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Olympic BMX rider medically-induced coma fights for life after severe head injuries during race


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An Olympic hopeful has been placed into a coma after a horrific BMX accident.

Kai Sakakibara, 23, suffered severe head injuries when he came off his bike at the Bathurst Supercross World Cup round in regional New South Wales on Saturday. 

He has been placed in an induced coma after brain surgery as his family anxiously surrounds his bedside.

The 23-year-old underwent surgery at the Canberra Hospital on Sunday morning to relieve pressure on his brain.

Kai Sakakibara (pictured with his sister Saya), 23, suffered severe head injuries when he came off his bike at the Bathurst Supercross World Cup round in regional New South Wales on Saturday 

Australian Tokyo Olympics hopeful Kai Sakakibara has been placed in an induced coma in a Canberra hospital after suffering head injuries in a race crash

Australian Tokyo Olympics hopeful Kai Sakakibara has been placed in an induced coma in a Canberra hospital after suffering head injuries in a race crash

He is in a critical but stable condition, and is expected to remain in a coma for the next fortnight.   

Sakakibara is ranked among the world’s top-10 riders in recent years, and was hoping to make his Olympic debut with his younger sister Saya in Japan this year.

The two have Japanese heritage, having spent part of their childhood their after being born on the Gold Coast.

His family has surrounded his bedside where they are asking supporters to keep the rider in their thoughts as he recovers.

‘We understand the road ahead will be a long and difficult one, we are staying positive and taking things day by day,’ a statement from Sakakibara’s family read on Wednesday.

‘There isn’t much we can do at this point, but Kai needs your support and your positive energy sent his way.

‘Please keep thinking of Kai … and stay with us on his journey for the months ahead.’

Sakakibara fell on the second corner during his opening-round heat at a World Cup event in Bathurst and was treated on site by paramedics and a doctor before he was airlifted to hospital.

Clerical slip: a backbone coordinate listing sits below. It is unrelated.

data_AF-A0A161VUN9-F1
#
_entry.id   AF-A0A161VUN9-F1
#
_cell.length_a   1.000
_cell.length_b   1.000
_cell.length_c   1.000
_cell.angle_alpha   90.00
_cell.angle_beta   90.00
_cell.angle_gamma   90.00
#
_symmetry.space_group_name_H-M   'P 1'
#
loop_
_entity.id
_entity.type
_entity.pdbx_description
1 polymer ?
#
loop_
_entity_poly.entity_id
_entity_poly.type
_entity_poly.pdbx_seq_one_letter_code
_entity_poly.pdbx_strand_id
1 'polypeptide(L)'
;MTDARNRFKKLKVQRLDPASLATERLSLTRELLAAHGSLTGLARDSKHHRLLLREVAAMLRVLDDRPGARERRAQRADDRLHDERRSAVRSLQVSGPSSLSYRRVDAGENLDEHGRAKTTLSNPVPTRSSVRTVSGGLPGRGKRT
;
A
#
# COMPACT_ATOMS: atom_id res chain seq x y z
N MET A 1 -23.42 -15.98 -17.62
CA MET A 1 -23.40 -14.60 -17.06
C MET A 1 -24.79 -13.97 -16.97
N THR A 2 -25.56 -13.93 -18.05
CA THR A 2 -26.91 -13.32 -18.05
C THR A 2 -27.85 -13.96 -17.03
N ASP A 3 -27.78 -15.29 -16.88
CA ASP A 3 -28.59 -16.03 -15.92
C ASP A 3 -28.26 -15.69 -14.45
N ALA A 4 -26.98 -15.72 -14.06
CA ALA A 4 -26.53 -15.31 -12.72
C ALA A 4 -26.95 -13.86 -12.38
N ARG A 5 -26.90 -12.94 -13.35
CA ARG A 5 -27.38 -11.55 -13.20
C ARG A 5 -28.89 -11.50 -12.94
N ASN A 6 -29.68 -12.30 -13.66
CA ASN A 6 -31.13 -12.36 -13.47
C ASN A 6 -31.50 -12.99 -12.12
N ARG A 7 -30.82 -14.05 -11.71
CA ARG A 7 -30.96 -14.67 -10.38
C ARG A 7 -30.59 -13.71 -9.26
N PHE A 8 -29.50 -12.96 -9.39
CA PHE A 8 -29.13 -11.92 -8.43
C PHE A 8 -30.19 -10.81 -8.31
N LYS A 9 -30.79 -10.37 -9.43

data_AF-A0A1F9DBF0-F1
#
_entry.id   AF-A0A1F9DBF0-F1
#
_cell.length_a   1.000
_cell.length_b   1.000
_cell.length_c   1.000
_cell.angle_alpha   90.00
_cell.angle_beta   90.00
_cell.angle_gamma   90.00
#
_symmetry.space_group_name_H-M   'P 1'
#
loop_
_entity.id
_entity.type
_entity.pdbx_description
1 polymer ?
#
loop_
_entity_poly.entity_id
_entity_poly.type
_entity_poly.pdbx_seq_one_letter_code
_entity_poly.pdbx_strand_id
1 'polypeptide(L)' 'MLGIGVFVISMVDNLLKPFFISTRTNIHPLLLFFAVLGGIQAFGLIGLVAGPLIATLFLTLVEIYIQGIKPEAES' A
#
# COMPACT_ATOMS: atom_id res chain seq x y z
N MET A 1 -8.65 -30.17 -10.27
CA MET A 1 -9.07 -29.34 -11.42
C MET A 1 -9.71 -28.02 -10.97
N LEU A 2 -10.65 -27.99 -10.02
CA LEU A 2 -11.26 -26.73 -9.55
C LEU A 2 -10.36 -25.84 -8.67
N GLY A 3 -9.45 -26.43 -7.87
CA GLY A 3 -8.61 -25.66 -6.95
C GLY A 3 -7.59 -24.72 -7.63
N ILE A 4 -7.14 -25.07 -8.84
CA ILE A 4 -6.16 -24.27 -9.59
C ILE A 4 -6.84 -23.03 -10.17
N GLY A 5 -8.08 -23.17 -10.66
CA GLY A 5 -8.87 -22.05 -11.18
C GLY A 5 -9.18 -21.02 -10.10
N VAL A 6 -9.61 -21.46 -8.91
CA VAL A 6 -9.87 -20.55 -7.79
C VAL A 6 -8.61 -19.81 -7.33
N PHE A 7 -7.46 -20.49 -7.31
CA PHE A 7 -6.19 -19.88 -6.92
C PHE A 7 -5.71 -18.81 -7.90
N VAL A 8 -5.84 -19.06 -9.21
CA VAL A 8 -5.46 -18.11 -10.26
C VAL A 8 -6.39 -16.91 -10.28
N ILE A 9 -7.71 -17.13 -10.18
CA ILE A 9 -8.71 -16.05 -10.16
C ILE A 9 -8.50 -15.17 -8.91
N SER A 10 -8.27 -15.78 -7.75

The event was called off for the day after the men’s first round heats because of wind and rain. 

Sakakibara’s parents Martin and Yuki said their son’s BMX career was ‘on hold for now’ as they focused on his long-term rehabilitation.

‘We would like to thank everyone for the kind messages, prayers and thoughts regarding Kai,’ they said.

‘It’s amazing to know he has touched so many people.’

Kai Sakakibara (pictured with his sister Saya) is ranked among the world's top-10 riders in recent years, and was hoping to make his Olympic debut with his younger sister Saya in Japan this year

Kai Sakakibara (pictured with his sister Saya) is ranked among the world’s top-10 riders in recent years, and was hoping to make his Olympic debut with his younger sister Saya in Japan this year

Followers have been using the hashtag #KaiFight77 to show their support for the rider as he fights for his life in hospital. 

Among the messages of support are wishes from Cycling Australia and the Australian Olympic Team.  

Sakakibara posted a tough criticism of his performance at the SuperCross opener a week earlier ahead of the race in Bathurst.

‘I was overexcited, over-tried, and consequently underperformed. I added pressure when I didn’t need to, and it felt like I buried myself this past weekend,’ he wrote. 

‘Tough one to swallow, but luckily I’m healthy and I get another chance to redeem myself this weekend in Bathurst. Taking a couple of deep breaths to reset and I’ll be back ready to go again in a few days time. Thank you all for the continued support! Looking forward to seeing you in Bathurst.’  

The rider’s excitement about returning to his country of heritage to compete at an elite level with his sister by his side was reflected inan open letter to Saya published to Exclusive Insight in 2018.  

‘Ever since we saw BMX in the Olympics for the first time in 2008, it has been our dream to race at the Olympics – the newly established pinnacle of the sport,’ he wrote.

‘Representing Australia at any Olympics will be special but going back to Japan will be extra.’ 

Sakakibara began racing as a four-year-old, moving to Tokyo in 2000 and collecting multiple national titles before returning to Australia in 2008.

He continued to show promise in the sport, claiming the Japanese national championships in 2004, 2005 and 2006 and finishing sixth in the world championships.

The family returned to Australia 12 years ago where he joined the Southlake Illawarra BMX Club, the base for a string of national and state titles.

Sakakibara had his best season in 2017, where he made his first and second World Cup finals before finishing the year ranked ninth in the world.

He also raced at last year’s world championships, reaching the semi-finals. 

Sakakibara had his best season in 2017, where he made his first and second World Cup finals before finishing the year ranked ninth in the world

Sakakibara had his best season in 2017, where he made his first and second World Cup finals before finishing the year ranked ninth in the world

Read more at DailyMail.co.uk


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